Broom, Butcher's Ruscus aculeatus

Ruscus aculeatus
Broom chopped root
  • Common Names
  • Butcher's Broom , Jew's Myrtle, Sweet Broom, Scotch Broom
  • Botanical Name
  • Ruscus aculeatus
  • Family

Medicinal Uses & Benefits of Butcher's Broom

remedyHow to Use| Side Effects | Plant & Garden|

How to Use: Broom, Butcher's

Butchers Broom has a long history of use in herbal medicine traditions as a diuretic and blood vessel toner. Herbal extracts from the roots of the Broom plant seem to have the ability to strengthen and tone blood vessels. Broom is approved by the authoritative German Commission E for chronic venous insufficiency, a condition causing pain, swelling, and fatigue in the calves that is related to varicose veins, and hemorrhoids. Broom may be a good herbal remedy for those who suffer from restless leg syndrome based on its medicinal properties.

Herbalists also use this potent plant in the treatment of poor circulation, irregular heart rhythm, and other related heart problems. Broom is known for it's cleansing and diuretic properties, which makes it useful for treating bladder infections and reducing cellulite. Drinking broom root tea on a consistent basis can also help with chronic dark circles under the eyes.

Preparation Methods & Dosage :Tea or extract. To make a tea from chopped root, place 1 teaspoon of the herb in a cup of boiling water and allow to steep in a closed teapot for 10 minutes.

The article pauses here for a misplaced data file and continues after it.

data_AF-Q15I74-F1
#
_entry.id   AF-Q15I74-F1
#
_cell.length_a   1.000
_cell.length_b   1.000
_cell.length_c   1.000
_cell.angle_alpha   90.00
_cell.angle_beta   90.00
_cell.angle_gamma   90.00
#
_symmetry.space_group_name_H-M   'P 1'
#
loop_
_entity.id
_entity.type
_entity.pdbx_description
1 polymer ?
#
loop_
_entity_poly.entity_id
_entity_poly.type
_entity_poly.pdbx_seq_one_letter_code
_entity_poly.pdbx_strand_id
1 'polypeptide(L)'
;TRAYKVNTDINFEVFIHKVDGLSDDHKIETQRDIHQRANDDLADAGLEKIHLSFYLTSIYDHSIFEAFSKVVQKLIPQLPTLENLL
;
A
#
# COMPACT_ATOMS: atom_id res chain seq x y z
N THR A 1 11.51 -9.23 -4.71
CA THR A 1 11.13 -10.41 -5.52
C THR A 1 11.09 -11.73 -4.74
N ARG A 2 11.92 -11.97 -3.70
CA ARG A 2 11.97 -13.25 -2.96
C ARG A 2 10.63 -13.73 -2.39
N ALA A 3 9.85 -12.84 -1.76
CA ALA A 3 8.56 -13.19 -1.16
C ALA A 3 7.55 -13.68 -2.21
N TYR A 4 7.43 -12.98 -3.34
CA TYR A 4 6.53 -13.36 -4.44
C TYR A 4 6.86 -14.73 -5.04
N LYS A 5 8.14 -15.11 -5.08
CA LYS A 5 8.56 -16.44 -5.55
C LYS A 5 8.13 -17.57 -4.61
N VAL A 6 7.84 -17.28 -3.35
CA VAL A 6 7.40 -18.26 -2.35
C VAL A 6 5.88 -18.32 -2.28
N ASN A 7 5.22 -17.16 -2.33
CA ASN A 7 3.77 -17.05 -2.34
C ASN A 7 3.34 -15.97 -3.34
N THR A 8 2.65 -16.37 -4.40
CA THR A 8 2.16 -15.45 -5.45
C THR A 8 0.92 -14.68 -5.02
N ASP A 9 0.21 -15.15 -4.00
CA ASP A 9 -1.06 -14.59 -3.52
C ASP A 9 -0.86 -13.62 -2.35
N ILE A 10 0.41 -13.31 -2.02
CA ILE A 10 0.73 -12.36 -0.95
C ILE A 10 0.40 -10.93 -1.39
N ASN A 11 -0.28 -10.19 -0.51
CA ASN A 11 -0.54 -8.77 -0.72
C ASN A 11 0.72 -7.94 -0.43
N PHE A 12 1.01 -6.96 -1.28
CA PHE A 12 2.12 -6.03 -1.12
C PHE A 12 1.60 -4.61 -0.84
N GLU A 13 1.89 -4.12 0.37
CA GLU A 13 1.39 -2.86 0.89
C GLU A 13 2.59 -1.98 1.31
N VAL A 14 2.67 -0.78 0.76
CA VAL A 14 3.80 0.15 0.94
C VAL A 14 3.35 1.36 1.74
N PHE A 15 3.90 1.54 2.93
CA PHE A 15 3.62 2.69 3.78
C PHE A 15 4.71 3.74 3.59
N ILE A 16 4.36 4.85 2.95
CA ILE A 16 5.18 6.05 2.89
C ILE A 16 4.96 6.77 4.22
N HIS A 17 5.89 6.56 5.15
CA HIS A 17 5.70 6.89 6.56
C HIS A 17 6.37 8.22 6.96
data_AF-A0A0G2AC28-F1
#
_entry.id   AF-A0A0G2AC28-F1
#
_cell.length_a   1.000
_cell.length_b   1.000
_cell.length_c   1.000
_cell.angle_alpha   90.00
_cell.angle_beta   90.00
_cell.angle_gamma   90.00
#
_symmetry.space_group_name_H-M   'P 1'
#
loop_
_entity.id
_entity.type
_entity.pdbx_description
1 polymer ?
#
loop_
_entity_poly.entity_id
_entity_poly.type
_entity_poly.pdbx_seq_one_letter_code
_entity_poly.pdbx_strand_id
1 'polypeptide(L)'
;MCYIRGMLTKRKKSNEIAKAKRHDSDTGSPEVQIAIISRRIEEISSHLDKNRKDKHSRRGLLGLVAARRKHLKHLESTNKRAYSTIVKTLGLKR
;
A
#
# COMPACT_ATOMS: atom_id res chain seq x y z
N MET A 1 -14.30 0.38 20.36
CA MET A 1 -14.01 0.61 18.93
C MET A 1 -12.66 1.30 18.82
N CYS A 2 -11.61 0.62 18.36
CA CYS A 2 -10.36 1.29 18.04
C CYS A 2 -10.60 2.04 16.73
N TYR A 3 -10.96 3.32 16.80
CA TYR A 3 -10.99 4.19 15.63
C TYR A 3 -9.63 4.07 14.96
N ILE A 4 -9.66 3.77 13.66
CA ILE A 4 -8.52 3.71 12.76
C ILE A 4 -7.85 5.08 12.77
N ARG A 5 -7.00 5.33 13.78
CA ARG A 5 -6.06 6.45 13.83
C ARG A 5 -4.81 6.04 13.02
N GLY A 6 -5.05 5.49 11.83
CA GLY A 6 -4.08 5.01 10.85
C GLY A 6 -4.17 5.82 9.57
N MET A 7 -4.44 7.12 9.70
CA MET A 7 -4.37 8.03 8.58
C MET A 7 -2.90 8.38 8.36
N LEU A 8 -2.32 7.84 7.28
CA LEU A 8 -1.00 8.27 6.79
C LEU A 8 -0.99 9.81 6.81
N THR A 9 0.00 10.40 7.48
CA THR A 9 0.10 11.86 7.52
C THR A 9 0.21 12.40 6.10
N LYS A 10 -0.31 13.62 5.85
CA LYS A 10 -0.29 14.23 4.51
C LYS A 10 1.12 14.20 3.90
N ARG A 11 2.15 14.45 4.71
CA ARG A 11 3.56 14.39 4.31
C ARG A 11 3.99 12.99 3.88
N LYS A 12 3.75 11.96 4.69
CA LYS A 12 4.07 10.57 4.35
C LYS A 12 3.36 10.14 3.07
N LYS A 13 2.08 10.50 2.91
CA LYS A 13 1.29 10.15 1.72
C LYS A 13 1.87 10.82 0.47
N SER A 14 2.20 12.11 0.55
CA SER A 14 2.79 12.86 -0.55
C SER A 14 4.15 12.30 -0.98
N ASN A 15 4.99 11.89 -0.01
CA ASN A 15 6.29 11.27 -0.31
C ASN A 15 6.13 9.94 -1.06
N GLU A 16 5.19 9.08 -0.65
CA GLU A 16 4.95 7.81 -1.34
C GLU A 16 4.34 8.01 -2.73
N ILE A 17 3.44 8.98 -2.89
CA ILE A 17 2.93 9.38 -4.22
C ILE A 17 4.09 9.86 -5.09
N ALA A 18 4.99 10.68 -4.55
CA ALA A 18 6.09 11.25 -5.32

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Broom, Butcher's Remedies

Broom, Butcher's Side Effects: Should be used with caution in pregnant women and young children and those with kidney and/or liver disorders.

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Plant Description

  • Flowers:Leaflike branches end in a terminal spine, with greenish-white flowers
  • Plant type: Shrubby, evergreen bush, low growing, up to 3 feet high
  • Leaves: . The young shoots of Butcher's Broom can be eaten like those of Asparagus, a plant to which it is closely allied. The matured branches used to be bound into bundles and sold to butchers for sweeping the blocks, hence the name.
  • Fruit: Shiny red berries
  • Preferred Habitat: very hardy, thriving in almost any soil or situation
  • Harvest Season:Both the aerial (aboveground) parts and the root of the plant are gathered in summer when the herb is in bloom. The whole plant is used in herbal medicine
  • Distribution:

Regional Traditions :European *

Related Species The primary phytochemical in the similarly named Scotch broom Cytisus scoparius is sparteine, a cardiac depressant - use with great caution.